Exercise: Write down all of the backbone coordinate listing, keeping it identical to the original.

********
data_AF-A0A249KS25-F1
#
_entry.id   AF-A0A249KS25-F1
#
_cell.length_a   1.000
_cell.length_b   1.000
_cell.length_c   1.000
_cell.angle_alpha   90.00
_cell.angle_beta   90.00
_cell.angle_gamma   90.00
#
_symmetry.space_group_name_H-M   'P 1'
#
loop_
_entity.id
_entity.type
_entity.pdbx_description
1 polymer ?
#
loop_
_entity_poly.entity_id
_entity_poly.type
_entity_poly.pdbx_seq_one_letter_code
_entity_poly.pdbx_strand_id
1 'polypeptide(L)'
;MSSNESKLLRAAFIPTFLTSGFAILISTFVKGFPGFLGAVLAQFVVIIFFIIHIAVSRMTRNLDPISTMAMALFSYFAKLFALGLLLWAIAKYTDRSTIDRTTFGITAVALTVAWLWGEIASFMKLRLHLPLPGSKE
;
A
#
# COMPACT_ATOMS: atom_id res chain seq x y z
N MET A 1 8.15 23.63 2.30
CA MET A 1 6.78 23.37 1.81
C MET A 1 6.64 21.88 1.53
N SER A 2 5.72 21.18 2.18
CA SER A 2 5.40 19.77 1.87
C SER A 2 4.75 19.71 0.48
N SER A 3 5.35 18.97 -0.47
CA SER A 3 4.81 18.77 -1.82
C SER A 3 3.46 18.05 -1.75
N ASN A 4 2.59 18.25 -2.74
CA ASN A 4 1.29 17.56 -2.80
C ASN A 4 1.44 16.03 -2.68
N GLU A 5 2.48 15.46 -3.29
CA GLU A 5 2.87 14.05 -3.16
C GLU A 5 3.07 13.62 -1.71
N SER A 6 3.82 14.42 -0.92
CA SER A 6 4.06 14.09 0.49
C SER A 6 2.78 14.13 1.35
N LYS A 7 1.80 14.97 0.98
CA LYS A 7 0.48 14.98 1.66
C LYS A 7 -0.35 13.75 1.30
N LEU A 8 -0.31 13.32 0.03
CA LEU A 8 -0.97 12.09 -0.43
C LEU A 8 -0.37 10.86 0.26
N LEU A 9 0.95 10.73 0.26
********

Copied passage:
data_AF-A0A249KS25-F1
#
_entry.id   AF-A0A249KS25-F1
#
_cell.length_a   1.000
_cell.length_b   1.000
_cell.length_c   1.000
_cell.angle_alpha   90.00
_cell.angle_beta   90.00
_cell.angle_gamma   90.00
#
_symmetry.space_group_name_H-M   'P 1'
#
loop_
_entity.id
_entity.type
_entity.pdbx_description
1 polymer ?
#
loop_
_entity_poly.entity_id
_entity_poly.type
_entity_poly.pdbx_seq_one_letter_code
_entity_poly.pdbx_strand_id
1 'polypeptide(L)'
;MSSNESKLLRAAFIPTFLTSGFAILISTFVKGFPGFLGAVLAQFVVIIFFIIHIAVSRMTRNLDPISTMAMALFSYFAKLFALGLLLWAIAKYTDRSTIDRTTFGITAVALTVAWLWGEIASFMKLRLHLPLPGSKE
;
A
#
# COMPACT_ATOMS: atom_id res chain seq x y z
N MET A 1 8.15 23.63 2.30
CA MET A 1 6.78 23.37 1.81
C MET A 1 6.64 21.88 1.53
N SER A 2 5.72 21.18 2.18
CA SER A 2 5.40 19.77 1.87
C SER A 2 4.75 19.71 0.48
N SER A 3 5.35 18.97 -0.47
CA SER A 3 4.81 18.77 -1.82
C SER A 3 3.46 18.05 -1.75
N ASN A 4 2.59 18.25 -2.74
CA ASN A 4 1.29 17.56 -2.80
C ASN A 4 1.44 16.03 -2.68
N GLU A 5 2.48 15.46 -3.29
CA GLU A 5 2.87 14.05 -3.16
C GLU A 5 3.07 13.62 -1.71
N SER A 6 3.82 14.42 -0.92
CA SER A 6 4.06 14.09 0.49
C SER A 6 2.78 14.13 1.35
N LYS A 7 1.80 14.97 0.98
CA LYS A 7 0.48 14.98 1.66
C LYS A 7 -0.35 13.75 1.30
N LEU A 8 -0.31 13.32 0.03
CA LEU A 8 -0.97 12.09 -0.43
C LEU A 8 -0.37 10.86 0.26
N LEU A 9 0.95 10.73 0.26